“What is the range of biomes found on the earth and why are they located there?” Often referred to as ecosystems, there is a range of different biomes found all over the world. Biomes are categorised specifically by location, and when placed on a map (image above) are highlighted in different colours. The first thing to do when categorising biomes is to clarify whether they are terrestrial (on land) or aquatic (in the ocean). This then leads us to the next categorisation step, which is to determine what kind of biome it is. Does it consist of hot dry temperatures? What plants are featured in the biome? There are five main types of biomes: Aquatic, Deserts, Forests, Grasslands and Tundra. You then can decide what kind of biome it is by elaborating through its characteristics.
The distribution of biomes is determined by many contributing factors, the main factor being global climatic zones. An area’s climate will determine what sort of biome can be sustained in that area. For example, Tundra is not going to be sustained in an area of high annual temperatures. Global climate zones determine the latitudinal patterns of biomes, with other determining factors being the sun’s angle, heat import, global annual rainfall and the angle of the earth's rotation. Regional climates, which determine the distribution of biomes, are also affected by other forms of geography such as rain shadows and cold or warm ocean currents.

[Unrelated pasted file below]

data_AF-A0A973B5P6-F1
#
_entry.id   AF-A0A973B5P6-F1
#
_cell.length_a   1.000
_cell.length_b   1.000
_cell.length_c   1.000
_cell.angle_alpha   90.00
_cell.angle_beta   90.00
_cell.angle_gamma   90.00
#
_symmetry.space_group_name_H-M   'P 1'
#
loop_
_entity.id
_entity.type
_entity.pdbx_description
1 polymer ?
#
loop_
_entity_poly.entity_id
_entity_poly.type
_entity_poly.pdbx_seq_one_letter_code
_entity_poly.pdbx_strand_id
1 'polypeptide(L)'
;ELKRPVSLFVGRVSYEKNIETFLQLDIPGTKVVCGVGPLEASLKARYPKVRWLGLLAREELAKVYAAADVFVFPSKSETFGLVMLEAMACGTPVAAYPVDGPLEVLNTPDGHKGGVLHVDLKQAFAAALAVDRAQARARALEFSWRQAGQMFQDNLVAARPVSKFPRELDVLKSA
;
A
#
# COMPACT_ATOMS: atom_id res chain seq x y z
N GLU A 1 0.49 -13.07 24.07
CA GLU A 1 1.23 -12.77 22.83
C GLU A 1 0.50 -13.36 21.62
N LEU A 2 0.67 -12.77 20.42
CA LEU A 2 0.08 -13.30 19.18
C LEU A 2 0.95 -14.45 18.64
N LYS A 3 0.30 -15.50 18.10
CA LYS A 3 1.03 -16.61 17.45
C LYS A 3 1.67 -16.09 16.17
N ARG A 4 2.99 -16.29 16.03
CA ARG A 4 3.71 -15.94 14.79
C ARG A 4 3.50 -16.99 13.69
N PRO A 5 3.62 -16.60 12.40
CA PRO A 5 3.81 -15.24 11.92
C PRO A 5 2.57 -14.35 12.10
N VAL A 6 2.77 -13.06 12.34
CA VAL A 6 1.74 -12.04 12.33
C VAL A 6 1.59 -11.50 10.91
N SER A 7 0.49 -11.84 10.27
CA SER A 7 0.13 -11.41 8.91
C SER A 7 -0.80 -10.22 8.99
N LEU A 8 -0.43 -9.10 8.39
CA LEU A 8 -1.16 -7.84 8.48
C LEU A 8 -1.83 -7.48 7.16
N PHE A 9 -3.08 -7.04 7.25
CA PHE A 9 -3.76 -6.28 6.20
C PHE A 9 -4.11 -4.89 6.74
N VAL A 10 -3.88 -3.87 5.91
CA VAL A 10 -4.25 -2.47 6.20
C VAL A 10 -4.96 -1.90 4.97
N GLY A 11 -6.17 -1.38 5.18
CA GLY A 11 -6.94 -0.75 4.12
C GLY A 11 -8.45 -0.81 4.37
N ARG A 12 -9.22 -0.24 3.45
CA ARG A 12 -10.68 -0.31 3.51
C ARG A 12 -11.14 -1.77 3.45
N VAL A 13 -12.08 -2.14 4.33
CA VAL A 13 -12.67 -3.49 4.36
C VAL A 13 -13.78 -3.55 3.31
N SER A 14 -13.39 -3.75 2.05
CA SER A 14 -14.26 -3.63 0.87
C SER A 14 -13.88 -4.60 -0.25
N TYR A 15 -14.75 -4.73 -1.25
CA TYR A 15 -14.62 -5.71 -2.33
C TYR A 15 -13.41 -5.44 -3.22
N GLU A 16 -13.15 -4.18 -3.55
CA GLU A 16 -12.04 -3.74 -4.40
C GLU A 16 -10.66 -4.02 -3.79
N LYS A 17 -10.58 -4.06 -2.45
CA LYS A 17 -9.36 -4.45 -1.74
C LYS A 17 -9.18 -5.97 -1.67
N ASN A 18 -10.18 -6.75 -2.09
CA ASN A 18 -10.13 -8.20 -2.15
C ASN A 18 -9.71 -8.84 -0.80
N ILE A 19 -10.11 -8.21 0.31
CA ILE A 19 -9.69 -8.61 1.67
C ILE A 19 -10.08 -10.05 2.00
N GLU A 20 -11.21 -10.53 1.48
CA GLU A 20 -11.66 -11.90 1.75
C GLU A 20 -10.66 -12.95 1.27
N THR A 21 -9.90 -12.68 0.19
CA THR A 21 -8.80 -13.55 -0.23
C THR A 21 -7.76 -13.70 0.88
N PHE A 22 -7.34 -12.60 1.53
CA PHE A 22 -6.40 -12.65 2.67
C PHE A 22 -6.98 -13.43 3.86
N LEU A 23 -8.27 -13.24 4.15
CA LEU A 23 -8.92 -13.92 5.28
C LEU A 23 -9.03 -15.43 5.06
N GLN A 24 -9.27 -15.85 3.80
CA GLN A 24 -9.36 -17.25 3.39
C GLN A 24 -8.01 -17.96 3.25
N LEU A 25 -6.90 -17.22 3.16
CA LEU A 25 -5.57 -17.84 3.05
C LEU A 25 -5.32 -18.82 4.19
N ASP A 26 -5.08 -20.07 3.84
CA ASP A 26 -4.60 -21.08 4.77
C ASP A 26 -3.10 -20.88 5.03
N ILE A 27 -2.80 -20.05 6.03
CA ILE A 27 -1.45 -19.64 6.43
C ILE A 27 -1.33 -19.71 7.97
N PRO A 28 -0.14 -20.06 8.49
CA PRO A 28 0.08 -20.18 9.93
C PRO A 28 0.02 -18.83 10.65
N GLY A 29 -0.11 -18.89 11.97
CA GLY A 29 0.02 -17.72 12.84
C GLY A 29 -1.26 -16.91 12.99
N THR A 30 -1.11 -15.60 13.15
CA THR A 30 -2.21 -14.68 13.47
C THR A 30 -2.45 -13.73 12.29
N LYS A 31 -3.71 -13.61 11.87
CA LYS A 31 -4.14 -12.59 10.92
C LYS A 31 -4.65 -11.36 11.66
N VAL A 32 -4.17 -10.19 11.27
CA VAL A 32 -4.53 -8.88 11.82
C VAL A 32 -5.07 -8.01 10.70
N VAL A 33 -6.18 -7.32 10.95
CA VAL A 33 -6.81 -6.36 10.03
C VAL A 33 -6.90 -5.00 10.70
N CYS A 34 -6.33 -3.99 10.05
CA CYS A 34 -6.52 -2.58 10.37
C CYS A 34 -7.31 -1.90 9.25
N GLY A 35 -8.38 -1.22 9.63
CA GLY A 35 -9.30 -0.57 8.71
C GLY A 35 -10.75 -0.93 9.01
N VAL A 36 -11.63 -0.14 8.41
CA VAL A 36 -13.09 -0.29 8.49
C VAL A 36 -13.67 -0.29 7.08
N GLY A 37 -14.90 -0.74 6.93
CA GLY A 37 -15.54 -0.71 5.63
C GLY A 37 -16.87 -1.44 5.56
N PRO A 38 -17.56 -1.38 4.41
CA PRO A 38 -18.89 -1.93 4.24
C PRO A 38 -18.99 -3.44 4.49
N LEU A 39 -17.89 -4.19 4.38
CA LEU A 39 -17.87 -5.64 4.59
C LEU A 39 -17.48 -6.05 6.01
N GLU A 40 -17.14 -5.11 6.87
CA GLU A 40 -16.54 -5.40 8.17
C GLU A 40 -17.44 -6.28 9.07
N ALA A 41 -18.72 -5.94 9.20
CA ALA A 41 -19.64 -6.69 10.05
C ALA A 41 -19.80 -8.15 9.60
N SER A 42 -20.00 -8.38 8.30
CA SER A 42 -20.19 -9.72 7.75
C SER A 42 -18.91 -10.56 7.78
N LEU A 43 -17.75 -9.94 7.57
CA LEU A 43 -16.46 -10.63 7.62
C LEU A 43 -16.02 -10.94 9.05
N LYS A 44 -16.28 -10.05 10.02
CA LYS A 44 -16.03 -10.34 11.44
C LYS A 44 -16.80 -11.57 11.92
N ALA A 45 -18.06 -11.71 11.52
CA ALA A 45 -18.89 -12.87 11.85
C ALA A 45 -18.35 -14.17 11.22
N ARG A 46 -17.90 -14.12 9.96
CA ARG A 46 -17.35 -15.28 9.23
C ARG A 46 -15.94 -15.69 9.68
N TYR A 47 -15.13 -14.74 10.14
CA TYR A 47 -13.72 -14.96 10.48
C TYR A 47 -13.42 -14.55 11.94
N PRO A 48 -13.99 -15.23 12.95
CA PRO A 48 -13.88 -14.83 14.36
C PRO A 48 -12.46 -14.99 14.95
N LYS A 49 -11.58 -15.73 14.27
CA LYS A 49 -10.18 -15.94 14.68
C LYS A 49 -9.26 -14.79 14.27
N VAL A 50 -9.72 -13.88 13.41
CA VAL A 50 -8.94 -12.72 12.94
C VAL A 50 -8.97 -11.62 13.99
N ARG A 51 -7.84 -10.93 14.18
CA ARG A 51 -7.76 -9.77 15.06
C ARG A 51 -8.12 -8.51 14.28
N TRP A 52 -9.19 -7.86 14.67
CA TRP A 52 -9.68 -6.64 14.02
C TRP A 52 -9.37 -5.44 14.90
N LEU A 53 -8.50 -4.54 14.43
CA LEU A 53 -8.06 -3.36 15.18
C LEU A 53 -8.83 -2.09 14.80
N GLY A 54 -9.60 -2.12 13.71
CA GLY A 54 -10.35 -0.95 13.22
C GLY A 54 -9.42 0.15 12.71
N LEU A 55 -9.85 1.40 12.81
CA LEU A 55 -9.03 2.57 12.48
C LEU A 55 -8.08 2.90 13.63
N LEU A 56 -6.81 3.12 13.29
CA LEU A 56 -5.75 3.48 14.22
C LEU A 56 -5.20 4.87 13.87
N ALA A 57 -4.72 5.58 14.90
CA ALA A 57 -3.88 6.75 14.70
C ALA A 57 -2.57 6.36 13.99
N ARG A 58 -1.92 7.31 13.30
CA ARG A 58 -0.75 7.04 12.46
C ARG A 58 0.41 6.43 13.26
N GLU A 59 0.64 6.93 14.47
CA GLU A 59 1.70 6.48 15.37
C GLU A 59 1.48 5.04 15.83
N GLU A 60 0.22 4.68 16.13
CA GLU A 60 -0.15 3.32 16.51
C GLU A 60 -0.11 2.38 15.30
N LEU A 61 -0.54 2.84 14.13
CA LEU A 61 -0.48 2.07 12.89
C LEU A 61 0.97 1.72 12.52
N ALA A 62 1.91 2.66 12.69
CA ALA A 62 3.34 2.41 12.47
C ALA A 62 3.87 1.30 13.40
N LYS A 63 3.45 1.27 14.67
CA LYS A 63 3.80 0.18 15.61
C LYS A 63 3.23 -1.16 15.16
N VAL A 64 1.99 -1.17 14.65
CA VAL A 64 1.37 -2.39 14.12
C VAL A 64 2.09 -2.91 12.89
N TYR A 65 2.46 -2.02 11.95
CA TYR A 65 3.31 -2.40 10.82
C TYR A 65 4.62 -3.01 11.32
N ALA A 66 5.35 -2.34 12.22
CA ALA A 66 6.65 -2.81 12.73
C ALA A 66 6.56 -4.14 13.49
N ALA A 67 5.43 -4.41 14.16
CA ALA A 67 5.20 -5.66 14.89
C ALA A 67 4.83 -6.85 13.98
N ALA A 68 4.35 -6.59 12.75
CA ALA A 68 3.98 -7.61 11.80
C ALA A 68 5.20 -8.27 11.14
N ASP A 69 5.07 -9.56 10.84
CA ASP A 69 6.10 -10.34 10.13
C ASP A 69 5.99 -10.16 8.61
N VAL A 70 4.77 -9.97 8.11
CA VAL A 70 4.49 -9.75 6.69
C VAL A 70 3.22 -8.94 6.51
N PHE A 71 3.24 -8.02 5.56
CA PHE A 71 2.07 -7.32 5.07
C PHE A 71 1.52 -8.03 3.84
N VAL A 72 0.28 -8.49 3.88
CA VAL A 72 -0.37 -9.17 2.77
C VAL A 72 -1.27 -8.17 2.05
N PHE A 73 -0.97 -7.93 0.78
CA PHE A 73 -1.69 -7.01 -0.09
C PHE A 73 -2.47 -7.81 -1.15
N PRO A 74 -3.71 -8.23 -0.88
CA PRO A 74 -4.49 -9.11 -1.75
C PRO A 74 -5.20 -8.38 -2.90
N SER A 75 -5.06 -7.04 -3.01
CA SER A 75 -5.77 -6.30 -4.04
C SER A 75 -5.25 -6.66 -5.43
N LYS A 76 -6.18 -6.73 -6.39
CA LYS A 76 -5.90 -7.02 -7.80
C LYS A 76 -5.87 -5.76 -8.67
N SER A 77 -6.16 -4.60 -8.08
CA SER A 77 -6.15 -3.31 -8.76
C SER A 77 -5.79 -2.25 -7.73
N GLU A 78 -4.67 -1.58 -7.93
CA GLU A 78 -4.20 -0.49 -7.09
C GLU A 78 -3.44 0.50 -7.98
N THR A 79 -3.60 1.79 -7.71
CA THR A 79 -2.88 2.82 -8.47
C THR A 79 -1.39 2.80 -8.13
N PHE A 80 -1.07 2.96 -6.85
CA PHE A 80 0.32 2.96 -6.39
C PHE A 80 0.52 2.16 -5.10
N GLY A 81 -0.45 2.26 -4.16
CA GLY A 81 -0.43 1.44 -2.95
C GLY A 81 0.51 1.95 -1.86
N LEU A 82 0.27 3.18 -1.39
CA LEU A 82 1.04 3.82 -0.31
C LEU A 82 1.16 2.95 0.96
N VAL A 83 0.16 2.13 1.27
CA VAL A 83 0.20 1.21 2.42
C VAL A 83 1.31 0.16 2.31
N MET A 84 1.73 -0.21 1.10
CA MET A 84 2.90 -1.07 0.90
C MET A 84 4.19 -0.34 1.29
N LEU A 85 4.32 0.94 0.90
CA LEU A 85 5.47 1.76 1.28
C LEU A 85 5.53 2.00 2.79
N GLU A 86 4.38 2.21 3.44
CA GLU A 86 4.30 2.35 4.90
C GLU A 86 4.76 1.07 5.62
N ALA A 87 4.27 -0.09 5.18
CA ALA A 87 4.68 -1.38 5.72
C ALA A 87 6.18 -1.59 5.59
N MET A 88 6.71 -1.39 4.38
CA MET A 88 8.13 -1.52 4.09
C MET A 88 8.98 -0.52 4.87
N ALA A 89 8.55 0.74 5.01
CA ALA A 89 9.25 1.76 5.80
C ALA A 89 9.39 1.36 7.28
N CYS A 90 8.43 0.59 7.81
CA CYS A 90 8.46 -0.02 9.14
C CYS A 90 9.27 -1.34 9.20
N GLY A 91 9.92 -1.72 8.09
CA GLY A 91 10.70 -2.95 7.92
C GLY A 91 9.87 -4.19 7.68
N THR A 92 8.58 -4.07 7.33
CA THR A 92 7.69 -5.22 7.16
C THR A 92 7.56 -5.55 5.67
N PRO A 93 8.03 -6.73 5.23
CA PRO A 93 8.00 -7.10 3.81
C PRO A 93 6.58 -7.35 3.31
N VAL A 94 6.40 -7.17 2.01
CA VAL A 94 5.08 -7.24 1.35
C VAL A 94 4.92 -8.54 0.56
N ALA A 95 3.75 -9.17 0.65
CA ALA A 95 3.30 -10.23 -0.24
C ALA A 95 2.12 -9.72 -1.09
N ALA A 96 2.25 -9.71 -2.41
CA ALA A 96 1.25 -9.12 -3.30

The reason most biomes are in a specific location is because of the climate in those areas. Ecologist ‘Robert Whittaker’ plotted records of annual precipitation against annual temperature for locations around the planet and then grouped them within the biomes generally found in those places. The result was the graph below. This helps support the hypothesis that biomes that form anywhere in the world are mainly the result of the combination of rainfall and temperature found in those areas.
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